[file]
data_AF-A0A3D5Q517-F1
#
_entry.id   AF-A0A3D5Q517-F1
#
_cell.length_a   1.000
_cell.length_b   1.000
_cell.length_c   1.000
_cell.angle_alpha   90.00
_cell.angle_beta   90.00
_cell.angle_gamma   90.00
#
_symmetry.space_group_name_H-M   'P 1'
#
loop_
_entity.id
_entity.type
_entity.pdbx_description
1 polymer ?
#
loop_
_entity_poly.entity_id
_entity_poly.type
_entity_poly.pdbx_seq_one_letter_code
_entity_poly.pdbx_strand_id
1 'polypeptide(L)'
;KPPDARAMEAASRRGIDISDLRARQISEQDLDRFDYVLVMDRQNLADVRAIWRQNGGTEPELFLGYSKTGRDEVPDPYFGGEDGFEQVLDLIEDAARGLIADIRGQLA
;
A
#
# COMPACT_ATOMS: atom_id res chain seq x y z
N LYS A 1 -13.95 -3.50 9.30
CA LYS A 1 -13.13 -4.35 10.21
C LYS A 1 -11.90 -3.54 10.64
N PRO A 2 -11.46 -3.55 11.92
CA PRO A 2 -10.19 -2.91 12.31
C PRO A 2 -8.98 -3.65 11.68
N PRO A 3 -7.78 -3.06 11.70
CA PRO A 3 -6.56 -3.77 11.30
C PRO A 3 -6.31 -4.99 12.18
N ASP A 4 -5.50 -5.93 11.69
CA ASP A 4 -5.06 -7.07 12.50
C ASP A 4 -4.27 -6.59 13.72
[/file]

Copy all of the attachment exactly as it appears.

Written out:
data_AF-A0A3D5Q517-F1
#
_entry.id   AF-A0A3D5Q517-F1
#
_cell.length_a   1.000
_cell.length_b   1.000
_cell.length_c   1.000
_cell.angle_alpha   90.00
_cell.angle_beta   90.00
_cell.angle_gamma   90.00
#
_symmetry.space_group_name_H-M   'P 1'
#
loop_
_entity.id
_entity.type
_entity.pdbx_description
1 polymer ?
#
loop_
_entity_poly.entity_id
_entity_poly.type
_entity_poly.pdbx_seq_one_letter_code
_entity_poly.pdbx_strand_id
1 'polypeptide(L)'
;KPPDARAMEAASRRGIDISDLRARQISEQDLDRFDYVLVMDRQNLADVRAIWRQNGGTEPELFLGYSKTGRDEVPDPYFGGEDGFEQVLDLIEDAARGLIADIRGQLA
;
A
#
# COMPACT_ATOMS: atom_id res chain seq x y z
N LYS A 1 -13.95 -3.50 9.30
CA LYS A 1 -13.13 -4.35 10.21
C LYS A 1 -11.90 -3.54 10.64
N PRO A 2 -11.46 -3.55 11.92
CA PRO A 2 -10.19 -2.91 12.31
C PRO A 2 -8.98 -3.65 11.68
N PRO A 3 -7.78 -3.06 11.70
CA PRO A 3 -6.56 -3.77 11.30
C PRO A 3 -6.31 -4.99 12.18
N ASP A 4 -5.50 -5.93 11.69
CA ASP A 4 -5.06 -7.07 12.50
C ASP A 4 -4.27 -6.59 13.72